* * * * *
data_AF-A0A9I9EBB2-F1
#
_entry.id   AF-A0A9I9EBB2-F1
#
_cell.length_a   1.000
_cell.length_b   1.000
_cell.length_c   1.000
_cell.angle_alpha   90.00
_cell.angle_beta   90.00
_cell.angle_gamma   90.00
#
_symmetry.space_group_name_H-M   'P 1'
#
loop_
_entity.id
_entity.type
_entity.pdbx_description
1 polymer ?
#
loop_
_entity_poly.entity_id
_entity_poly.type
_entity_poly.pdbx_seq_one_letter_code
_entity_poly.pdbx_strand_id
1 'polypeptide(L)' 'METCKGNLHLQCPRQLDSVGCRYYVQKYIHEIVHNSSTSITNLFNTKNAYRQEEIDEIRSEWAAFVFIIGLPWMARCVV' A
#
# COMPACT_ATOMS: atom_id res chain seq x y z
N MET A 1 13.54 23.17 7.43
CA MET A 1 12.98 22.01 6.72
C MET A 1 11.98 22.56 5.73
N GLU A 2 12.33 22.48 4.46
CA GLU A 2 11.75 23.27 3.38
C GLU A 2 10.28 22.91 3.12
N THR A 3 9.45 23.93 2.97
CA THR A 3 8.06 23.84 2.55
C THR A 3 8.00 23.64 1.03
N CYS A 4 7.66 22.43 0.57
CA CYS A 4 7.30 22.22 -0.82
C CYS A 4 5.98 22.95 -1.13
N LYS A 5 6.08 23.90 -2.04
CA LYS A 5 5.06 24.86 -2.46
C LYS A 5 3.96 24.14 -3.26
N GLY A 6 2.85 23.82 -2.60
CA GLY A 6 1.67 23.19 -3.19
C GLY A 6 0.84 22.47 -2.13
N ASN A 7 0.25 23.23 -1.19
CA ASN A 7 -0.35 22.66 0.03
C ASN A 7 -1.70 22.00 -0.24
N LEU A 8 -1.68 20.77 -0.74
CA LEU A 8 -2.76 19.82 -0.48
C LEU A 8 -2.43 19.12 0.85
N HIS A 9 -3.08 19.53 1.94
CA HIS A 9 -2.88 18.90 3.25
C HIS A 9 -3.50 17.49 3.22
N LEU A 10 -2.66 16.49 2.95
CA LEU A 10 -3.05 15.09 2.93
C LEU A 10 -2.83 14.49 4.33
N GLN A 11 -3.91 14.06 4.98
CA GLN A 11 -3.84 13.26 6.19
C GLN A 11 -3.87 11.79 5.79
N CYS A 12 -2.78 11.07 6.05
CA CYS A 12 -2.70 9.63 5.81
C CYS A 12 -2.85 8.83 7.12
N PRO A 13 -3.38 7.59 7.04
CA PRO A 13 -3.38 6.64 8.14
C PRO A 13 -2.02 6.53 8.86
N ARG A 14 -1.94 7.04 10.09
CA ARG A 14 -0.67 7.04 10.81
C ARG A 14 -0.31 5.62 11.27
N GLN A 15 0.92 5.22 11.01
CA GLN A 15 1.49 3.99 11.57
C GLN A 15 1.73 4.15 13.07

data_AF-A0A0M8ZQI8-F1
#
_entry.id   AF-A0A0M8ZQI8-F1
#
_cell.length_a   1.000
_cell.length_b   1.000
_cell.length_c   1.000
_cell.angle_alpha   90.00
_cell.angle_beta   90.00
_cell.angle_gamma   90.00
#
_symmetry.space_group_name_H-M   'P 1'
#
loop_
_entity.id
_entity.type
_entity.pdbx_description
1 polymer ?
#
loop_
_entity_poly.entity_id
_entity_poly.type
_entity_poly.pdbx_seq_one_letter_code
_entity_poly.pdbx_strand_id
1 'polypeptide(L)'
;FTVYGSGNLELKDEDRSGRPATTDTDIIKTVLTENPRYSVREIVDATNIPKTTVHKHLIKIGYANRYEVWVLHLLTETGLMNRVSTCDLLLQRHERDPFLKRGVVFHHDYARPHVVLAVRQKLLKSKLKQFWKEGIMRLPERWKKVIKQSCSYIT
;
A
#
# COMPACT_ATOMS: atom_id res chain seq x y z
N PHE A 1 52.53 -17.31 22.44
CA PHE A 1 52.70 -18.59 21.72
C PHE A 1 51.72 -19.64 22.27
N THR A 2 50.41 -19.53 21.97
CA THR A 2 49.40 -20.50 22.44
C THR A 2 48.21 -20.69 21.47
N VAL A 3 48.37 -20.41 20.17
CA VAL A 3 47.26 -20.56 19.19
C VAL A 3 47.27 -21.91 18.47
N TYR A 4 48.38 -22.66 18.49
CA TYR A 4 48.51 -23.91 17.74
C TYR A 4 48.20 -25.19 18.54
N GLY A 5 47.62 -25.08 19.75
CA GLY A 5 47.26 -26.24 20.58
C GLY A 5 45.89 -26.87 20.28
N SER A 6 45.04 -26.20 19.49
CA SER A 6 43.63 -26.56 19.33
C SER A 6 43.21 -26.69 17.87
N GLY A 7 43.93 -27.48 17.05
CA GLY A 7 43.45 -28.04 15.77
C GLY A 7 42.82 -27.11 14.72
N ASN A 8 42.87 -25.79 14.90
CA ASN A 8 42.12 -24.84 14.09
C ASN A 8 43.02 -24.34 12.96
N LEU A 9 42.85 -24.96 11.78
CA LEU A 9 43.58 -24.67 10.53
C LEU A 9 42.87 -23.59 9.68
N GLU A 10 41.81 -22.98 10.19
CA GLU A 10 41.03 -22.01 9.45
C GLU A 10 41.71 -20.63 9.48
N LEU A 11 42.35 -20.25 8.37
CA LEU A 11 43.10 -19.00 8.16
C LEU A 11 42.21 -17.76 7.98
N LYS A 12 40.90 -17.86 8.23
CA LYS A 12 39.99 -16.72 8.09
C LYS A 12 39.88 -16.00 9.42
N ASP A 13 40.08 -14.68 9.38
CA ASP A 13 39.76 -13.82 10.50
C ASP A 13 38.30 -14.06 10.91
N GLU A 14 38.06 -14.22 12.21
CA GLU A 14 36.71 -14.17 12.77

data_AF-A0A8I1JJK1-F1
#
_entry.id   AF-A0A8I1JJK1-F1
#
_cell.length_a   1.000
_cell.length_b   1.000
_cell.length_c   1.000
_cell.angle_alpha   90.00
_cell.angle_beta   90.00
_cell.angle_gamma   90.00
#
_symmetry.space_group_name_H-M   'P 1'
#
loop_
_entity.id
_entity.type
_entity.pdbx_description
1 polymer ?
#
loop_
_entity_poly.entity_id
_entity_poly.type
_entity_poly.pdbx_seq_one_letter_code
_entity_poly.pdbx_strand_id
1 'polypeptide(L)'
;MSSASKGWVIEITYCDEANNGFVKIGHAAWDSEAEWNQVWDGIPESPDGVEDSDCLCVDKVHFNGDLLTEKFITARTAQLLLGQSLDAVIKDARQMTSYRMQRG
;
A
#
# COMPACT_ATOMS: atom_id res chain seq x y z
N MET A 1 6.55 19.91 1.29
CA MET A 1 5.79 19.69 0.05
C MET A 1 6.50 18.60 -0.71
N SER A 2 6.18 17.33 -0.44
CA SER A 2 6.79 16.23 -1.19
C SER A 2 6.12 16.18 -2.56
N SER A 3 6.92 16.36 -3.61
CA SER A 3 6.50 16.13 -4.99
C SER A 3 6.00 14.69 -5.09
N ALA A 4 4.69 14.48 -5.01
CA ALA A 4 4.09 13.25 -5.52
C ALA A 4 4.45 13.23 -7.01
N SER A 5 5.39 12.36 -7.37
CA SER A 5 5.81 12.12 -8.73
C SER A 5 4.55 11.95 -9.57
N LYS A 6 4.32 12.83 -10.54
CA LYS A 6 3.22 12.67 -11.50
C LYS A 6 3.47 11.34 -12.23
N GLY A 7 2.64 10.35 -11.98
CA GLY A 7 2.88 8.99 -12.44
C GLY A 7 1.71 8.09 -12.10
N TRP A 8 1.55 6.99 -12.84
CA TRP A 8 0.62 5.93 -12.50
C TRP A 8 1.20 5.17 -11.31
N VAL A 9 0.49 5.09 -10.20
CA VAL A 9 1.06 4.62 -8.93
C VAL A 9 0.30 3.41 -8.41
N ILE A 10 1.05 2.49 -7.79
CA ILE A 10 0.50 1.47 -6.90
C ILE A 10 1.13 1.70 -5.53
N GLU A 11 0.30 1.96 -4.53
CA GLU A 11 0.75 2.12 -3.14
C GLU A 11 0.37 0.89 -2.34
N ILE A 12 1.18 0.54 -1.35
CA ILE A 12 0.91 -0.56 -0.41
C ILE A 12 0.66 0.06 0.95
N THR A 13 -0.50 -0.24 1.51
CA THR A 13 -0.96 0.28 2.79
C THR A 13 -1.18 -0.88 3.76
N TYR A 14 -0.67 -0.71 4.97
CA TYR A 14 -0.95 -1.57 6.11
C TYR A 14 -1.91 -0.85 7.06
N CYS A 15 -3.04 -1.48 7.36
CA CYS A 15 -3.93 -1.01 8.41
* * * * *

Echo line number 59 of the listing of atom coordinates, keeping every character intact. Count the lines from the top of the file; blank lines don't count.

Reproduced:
CA GLN A 11 -3.84 13.26 6.19